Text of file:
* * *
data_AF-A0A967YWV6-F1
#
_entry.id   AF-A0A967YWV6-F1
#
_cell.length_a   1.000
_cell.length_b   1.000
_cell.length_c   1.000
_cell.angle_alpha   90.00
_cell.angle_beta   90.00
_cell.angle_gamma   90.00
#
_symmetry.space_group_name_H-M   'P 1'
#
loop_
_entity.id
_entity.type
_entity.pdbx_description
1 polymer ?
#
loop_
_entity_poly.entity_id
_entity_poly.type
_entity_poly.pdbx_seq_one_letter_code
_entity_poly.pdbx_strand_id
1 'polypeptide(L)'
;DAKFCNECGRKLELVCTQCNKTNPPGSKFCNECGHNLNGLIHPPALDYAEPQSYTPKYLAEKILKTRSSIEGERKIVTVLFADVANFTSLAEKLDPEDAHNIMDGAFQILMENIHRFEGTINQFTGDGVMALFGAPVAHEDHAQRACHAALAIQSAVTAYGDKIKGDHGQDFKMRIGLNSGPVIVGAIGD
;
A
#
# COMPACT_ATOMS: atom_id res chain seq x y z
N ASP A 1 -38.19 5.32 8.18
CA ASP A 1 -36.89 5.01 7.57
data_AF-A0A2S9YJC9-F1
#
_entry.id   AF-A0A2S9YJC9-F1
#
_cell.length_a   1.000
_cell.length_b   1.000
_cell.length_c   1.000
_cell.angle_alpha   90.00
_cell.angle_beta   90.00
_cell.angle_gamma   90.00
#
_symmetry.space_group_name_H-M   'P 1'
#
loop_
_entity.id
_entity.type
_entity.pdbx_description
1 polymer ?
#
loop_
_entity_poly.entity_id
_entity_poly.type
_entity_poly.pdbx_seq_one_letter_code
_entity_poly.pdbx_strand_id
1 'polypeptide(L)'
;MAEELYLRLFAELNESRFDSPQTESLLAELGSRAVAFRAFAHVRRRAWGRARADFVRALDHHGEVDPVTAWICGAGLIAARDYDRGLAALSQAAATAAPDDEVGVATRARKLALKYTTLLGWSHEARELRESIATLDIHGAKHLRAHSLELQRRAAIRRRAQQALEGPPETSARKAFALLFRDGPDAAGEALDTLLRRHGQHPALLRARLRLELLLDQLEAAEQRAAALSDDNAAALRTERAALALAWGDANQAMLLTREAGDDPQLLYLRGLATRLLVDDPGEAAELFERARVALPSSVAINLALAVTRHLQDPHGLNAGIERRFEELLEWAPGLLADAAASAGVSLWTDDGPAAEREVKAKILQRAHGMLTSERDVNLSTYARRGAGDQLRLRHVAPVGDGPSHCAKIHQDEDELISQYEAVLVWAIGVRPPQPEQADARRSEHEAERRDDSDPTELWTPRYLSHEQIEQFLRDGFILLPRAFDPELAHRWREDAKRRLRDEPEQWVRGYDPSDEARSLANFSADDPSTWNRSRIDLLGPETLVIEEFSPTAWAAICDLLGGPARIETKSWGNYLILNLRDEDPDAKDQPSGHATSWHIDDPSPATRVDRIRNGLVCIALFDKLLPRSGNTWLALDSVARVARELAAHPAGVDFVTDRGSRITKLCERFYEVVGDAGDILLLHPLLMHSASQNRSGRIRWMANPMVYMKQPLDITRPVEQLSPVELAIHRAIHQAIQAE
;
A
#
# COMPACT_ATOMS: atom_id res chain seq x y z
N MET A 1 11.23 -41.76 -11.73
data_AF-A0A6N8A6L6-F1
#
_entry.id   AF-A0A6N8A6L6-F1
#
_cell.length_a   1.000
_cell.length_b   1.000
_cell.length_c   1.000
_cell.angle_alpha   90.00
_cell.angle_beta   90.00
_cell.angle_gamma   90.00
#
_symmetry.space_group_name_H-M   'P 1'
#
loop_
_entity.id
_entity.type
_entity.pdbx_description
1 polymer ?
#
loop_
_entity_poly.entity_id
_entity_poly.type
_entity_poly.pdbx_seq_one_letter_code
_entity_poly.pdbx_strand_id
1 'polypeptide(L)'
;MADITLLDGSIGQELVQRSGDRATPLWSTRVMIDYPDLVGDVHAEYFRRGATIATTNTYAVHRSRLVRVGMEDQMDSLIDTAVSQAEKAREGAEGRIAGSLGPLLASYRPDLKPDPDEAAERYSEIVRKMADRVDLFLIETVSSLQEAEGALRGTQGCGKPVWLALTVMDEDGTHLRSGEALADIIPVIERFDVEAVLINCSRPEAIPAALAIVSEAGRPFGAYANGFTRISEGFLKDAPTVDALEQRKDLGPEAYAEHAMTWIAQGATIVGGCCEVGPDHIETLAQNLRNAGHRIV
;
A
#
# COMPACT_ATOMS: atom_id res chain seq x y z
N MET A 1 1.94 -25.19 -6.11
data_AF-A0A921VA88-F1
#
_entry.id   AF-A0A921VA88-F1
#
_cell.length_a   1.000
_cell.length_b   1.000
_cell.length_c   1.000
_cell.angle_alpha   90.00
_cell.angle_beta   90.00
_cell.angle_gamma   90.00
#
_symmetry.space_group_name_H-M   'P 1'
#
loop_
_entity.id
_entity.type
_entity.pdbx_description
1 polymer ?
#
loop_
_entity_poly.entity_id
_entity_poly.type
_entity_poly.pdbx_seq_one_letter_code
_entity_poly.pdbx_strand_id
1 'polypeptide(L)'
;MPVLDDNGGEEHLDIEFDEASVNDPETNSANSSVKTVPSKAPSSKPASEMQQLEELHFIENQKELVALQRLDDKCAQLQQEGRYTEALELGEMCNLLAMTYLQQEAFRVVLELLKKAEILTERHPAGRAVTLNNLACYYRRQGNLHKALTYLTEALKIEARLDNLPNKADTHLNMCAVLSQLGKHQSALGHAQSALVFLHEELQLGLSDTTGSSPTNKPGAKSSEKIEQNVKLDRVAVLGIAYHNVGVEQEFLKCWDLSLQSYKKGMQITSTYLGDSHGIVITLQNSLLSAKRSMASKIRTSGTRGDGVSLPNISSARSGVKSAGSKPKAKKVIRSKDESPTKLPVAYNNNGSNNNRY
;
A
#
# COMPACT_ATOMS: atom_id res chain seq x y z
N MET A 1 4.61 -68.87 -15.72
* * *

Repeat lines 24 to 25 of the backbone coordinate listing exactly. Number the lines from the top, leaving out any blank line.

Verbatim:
_entity_poly.pdbx_strand_id
1 'polypeptide(L)'